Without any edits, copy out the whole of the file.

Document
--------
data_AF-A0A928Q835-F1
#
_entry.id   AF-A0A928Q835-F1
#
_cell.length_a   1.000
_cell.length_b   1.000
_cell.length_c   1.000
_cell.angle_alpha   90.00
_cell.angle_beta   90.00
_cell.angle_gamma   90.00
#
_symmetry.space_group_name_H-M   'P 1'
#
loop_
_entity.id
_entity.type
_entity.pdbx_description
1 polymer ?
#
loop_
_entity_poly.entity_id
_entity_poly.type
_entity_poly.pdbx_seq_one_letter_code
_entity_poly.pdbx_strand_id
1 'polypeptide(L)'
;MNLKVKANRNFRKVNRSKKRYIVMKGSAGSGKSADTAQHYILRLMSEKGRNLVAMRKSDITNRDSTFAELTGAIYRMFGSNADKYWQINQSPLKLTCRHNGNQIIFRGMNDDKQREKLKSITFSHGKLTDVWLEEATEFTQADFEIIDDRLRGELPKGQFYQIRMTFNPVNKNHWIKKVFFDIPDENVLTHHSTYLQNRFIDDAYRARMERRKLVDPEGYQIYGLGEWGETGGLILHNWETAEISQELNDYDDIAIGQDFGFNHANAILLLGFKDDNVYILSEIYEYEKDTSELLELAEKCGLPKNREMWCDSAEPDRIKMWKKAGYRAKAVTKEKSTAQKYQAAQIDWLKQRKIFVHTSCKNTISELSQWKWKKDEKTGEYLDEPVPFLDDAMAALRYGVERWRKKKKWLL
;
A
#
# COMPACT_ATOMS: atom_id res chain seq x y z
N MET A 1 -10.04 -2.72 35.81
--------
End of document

data_AF-A0A928Q835-F1
#
_entry.id   AF-A0A928Q835-F1
#
_cell.length_a   1.000
_cell.length_b   1.000
_cell.length_c   1.000
_cell.angle_alpha   90.00
_cell.angle_beta   90.00
_cell.angle_gamma   90.00
#
_symmetry.space_group_name_H-M   'P 1'
#
loop_
_entity.id
_entity.type
_entity.pdbx_description
1 polymer ?
#
loop_
_entity_poly.entity_id
_entity_poly.type
_entity_poly.pdbx_seq_one_letter_code
_entity_poly.pdbx_strand_id
1 'polypeptide(L)'
;MNLKVKANRNFRKVNRSKKRYIVMKGSAGSGKSADTAQHYILRLMSEKGRNLVAMRKSDITNRDSTFAELTGAIYRMFGSNADKYWQINQSPLKLTCRHNGNQIIFRGMNDDKQREKLKSITFSHGKLTDVWLEEATEFTQADFEIIDDRLRGELPKGQFYQIRMTFNPVNKNHWIKKVFFDIPDENVLTHHSTYLQNRFIDDAYRARMERRKLVDPEGYQIYGLGEWGETGGLILHNWETAEISQELNDYDDIAIGQDFGFNHANAILLLGFKDDNVYILSEIYEYEKDTSELLELAEKCGLPKNREMWCDSAEPDRIKMWKKAGYRAKAVTKEKSTAQKYQAAQIDWLKQRKIFVHTSCKNTISELSQWKWKKDEKTGEYLDEPVPFLDDAMAALRYGVERWRKKKKWLL
;
A
#
# COMPACT_ATOMS: atom_id res chain seq x y z
N MET A 1 -10.04 -2.72 35.81